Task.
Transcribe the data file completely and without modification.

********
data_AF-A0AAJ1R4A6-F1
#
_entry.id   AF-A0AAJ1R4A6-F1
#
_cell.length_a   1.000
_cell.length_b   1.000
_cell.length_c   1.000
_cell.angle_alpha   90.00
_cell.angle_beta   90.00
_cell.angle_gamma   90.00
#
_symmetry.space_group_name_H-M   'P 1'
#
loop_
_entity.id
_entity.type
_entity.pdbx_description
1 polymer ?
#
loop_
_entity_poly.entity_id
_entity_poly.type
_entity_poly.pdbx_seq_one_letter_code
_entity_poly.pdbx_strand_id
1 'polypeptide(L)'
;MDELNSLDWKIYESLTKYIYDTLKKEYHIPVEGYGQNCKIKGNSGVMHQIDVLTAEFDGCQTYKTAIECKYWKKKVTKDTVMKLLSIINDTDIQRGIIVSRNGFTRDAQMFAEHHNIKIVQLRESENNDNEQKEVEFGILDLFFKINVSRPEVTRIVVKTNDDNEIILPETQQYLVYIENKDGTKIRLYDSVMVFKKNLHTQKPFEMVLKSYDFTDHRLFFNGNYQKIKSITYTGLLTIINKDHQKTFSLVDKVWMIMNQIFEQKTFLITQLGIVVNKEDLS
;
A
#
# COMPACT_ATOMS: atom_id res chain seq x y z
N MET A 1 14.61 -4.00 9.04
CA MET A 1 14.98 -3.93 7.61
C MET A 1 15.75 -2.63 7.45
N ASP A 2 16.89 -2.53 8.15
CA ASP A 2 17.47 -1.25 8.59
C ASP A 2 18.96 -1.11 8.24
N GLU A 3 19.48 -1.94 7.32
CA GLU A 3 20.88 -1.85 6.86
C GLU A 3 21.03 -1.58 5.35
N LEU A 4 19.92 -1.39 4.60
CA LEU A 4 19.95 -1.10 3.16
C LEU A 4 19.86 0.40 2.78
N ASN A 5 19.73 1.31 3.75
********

data_AF-A0AAJ1R4A6-F1
#
_entry.id   AF-A0AAJ1R4A6-F1
#
_cell.length_a   1.000
_cell.length_b   1.000
_cell.length_c   1.000
_cell.angle_alpha   90.00
_cell.angle_beta   90.00
_cell.angle_gamma   90.00
#
_symmetry.space_group_name_H-M   'P 1'
#
loop_
_entity.id
_entity.type
_entity.pdbx_description
1 polymer ?
#
loop_
_entity_poly.entity_id
_entity_poly.type
_entity_poly.pdbx_seq_one_letter_code
_entity_poly.pdbx_strand_id
1 'polypeptide(L)'
;MDELNSLDWKIYESLTKYIYDTLKKEYHIPVEGYGQNCKIKGNSGVMHQIDVLTAEFDGCQTYKTAIECKYWKKKVTKDTVMKLLSIINDTDIQRGIIVSRNGFTRDAQMFAEHHNIKIVQLRESENNDNEQKEVEFGILDLFFKINVSRPEVTRIVVKTNDDNEIILPETQQYLVYIENKDGTKIRLYDSVMVFKKNLHTQKPFEMVLKSYDFTDHRLFFNGNYQKIKSITYTGLLTIINKDHQKTFSLVDKVWMIMNQIFEQKTFLITQLGIVVNKEDLS
;
A
#
# COMPACT_ATOMS: atom_id res chain seq x y z
N MET A 1 14.61 -4.00 9.04
CA MET A 1 14.98 -3.93 7.61
C MET A 1 15.75 -2.63 7.45
N ASP A 2 16.89 -2.53 8.15
CA ASP A 2 17.47 -1.25 8.59
C ASP A 2 18.96 -1.11 8.24
N GLU A 3 19.48 -1.94 7.32
CA GLU A 3 20.88 -1.85 6.86
C GLU A 3 21.03 -1.58 5.35
N LEU A 4 19.92 -1.39 4.60
CA LEU A 4 19.95 -1.10 3.16
C LEU A 4 19.86 0.40 2.78
N ASN A 5 19.73 1.31 3.75